Approximately 360 million people suffer from hearing loss. Half of congenital hearing loss is genetic, with over 400 syndromes associated with hearing loss, and at least 100 genes - that are known to us - list hearing loss as the only scientific explanation.
Regardless of these alarming numbers, it is crucial to obtain a specific origin of the disease for an individual’s genetic hearing loss because it essentially affects the way a practitioner advises, oversees, and cares for each patient. Fortunately, there have been new developments in fast and affordable genetic testing technology (i.e. next generation sequencing), enhanced data analysis, and prevalent usage of electronic health records (EHR).
Hearing Loss at Birth and Genetic Mutations
Congenital hearing loss is typically diagnosed shortly after birth through a newborn hearing screening (NBHS). Yet, several instances of hearing loss only become evident later on in life - to those who are genetically predisposed - because the appearance of late-onset hearing loss mutations. It can also occur after using antibiotics, or suffering from a head trauma. Associations of hidden and delayed diagnoses demonstrate the possibility of improvements, which grant a great opportunity to take advantage of the latest tools of genetic testing.
A mutation that causes hearing loss will be present before and at birth, no matter if the hearing loss is progressive or delayed. It would be effective to run a genetic screening panel that includes a population’s common hearing loss genes to test newborns, to improve the amount of time to diagnose and treat each patient. There are panels who provide rapid and relatively affordable screenings of common hearing loss genes.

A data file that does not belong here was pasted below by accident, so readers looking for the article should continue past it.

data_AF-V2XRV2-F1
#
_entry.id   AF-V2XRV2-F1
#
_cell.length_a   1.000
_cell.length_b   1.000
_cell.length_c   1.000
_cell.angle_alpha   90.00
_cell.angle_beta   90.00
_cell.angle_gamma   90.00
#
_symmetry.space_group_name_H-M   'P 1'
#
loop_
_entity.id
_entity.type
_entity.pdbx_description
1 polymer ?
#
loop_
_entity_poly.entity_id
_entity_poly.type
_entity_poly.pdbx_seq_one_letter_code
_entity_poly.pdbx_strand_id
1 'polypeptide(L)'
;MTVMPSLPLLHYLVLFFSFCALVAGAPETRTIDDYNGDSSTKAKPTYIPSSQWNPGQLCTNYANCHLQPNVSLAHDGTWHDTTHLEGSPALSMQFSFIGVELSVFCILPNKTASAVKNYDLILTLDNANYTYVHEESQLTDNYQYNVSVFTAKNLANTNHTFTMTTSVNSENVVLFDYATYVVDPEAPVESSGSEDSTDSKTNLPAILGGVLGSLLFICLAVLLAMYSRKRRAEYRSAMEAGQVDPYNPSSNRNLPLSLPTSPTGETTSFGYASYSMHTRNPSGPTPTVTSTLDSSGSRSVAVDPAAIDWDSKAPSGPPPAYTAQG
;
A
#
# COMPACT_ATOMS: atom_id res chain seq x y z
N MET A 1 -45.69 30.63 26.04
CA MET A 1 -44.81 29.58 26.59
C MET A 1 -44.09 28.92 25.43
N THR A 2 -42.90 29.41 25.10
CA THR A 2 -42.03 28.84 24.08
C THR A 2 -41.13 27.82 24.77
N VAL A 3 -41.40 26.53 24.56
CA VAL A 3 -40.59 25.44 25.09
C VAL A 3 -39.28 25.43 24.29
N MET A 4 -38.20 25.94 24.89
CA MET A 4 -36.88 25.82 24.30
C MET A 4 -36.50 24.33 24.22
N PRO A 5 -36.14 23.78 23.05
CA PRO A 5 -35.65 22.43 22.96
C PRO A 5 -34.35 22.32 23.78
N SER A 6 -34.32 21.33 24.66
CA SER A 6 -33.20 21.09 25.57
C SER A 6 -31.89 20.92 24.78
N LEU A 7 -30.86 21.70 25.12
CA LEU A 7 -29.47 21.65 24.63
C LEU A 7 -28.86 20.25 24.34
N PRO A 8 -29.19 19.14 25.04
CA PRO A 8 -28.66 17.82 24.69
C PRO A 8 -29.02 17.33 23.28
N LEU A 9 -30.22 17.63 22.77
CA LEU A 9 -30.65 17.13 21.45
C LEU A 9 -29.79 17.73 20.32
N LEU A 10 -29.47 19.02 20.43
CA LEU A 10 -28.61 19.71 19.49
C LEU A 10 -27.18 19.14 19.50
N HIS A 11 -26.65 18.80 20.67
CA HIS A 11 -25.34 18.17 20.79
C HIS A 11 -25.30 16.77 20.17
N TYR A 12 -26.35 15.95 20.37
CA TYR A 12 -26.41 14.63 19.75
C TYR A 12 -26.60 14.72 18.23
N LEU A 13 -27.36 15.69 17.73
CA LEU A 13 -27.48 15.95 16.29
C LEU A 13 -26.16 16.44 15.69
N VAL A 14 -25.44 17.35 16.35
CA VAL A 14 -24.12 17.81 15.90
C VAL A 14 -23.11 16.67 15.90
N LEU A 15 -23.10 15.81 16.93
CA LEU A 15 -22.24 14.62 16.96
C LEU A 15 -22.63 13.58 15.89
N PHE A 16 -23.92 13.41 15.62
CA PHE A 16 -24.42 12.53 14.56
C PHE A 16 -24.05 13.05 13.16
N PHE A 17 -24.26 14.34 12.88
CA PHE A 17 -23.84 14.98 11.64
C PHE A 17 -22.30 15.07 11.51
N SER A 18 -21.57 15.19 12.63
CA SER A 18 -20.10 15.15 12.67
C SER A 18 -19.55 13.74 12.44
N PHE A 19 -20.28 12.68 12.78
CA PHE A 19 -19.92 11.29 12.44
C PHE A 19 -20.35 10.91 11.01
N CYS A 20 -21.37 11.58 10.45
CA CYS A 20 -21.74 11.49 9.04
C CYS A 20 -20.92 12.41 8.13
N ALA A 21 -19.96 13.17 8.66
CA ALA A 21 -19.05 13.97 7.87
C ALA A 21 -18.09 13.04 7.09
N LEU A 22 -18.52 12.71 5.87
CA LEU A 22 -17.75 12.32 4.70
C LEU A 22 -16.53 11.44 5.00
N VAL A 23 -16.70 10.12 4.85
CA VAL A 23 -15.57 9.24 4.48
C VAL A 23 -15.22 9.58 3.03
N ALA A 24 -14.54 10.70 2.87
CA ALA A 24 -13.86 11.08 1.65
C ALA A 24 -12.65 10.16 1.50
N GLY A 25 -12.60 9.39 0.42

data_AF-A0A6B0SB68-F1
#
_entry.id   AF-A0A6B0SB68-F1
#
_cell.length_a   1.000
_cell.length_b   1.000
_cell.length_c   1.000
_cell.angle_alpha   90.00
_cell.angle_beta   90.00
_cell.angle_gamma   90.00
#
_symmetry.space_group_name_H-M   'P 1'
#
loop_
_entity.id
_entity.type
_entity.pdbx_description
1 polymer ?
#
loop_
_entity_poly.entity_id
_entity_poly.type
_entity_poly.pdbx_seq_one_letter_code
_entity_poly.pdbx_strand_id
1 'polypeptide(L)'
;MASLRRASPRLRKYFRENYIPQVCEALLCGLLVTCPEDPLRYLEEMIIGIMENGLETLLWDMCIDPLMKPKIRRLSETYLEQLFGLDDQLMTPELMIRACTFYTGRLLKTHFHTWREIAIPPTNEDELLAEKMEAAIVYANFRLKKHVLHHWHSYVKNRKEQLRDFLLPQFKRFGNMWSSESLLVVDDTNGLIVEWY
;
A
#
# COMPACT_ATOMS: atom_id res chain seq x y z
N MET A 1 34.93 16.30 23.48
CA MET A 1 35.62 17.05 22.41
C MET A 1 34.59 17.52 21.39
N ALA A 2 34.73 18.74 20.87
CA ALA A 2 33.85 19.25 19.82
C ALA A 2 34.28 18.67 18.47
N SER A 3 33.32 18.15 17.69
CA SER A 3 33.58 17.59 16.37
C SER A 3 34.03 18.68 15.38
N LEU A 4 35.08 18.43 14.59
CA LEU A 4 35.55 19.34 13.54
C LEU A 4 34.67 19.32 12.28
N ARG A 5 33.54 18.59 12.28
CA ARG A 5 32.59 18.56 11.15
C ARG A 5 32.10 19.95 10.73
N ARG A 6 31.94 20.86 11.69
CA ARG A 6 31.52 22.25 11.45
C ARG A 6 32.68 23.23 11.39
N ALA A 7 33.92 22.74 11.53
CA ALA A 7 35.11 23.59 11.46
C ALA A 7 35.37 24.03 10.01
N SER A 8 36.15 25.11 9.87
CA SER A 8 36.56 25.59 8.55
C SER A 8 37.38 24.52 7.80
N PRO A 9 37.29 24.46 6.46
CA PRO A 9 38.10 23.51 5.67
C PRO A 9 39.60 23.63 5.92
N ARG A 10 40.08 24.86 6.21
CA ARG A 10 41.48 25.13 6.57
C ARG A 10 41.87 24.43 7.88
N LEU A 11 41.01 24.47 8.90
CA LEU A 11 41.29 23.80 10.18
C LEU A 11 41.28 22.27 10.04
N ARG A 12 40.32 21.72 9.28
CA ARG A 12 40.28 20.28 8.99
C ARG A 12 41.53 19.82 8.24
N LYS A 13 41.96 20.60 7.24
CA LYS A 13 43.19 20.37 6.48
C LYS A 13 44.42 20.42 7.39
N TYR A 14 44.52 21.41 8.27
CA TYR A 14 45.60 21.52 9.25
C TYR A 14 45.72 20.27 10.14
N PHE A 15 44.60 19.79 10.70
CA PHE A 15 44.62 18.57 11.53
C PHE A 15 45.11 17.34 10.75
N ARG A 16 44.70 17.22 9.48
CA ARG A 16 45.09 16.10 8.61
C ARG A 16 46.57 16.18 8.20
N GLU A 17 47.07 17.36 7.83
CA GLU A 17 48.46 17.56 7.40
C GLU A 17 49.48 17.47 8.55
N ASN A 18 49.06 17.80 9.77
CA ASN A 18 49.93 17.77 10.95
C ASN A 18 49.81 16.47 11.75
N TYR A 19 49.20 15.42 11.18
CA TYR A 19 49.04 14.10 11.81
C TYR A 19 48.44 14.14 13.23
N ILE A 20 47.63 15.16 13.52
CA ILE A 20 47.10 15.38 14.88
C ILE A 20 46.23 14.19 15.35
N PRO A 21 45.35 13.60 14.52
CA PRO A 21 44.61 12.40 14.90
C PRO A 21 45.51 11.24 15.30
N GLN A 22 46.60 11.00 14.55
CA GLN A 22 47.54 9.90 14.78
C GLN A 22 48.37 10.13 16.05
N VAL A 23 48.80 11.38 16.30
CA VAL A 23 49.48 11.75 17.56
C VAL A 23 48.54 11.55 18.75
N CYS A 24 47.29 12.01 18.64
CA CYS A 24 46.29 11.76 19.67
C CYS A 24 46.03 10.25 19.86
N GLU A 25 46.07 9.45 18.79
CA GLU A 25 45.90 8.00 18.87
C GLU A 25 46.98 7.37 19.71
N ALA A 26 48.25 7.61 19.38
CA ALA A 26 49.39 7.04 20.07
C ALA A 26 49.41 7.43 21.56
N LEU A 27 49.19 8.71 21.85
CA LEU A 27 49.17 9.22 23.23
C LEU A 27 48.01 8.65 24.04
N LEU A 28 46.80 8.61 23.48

Syndromic Hearing Loss
Syndromic hearing loss is linked to other health problems such as eye diseases and cardiac abnormalities. Those who have non-syndromic hearing loss, and no other symptoms, do not need costly workup for non-ear related diseases. Parents can save themselves from avoidable expenses and concern, while guiding the efficient workup and proper treatment of hearing loss by becoming informed about specific genetic causes of hearing loss. This can also allow parents to be informed in regards to the risk of hearing impairment with future offspring.
A genetic analysis can aid in predicting a hearing aid wearer’s response to cochlear implantation. For example, those with the GJB2 mutation have an outstanding response to cochlear implants, as opposed to those who have genes that affect the cochlear nerves experienced worse post-implant performance. This knowledge can help guide the wearer’s expectations of the post-implant auditory function.
Mutations can cause someone to acquire hearing loss, combined with exposure to various environments. Genetic tests and studies open the possibility of curing certain types of hearing loss. Early intervention in genetic hearing loss could prevent certain hearing impairments.
If you have a family history of genetic hearing loss, go see your primary care physician or hearing health care professional to get checked out. If you or a loved one currently suffers from hearing loss, contact us at Pure Sound Hearing Aids for a free hearing test and consultation.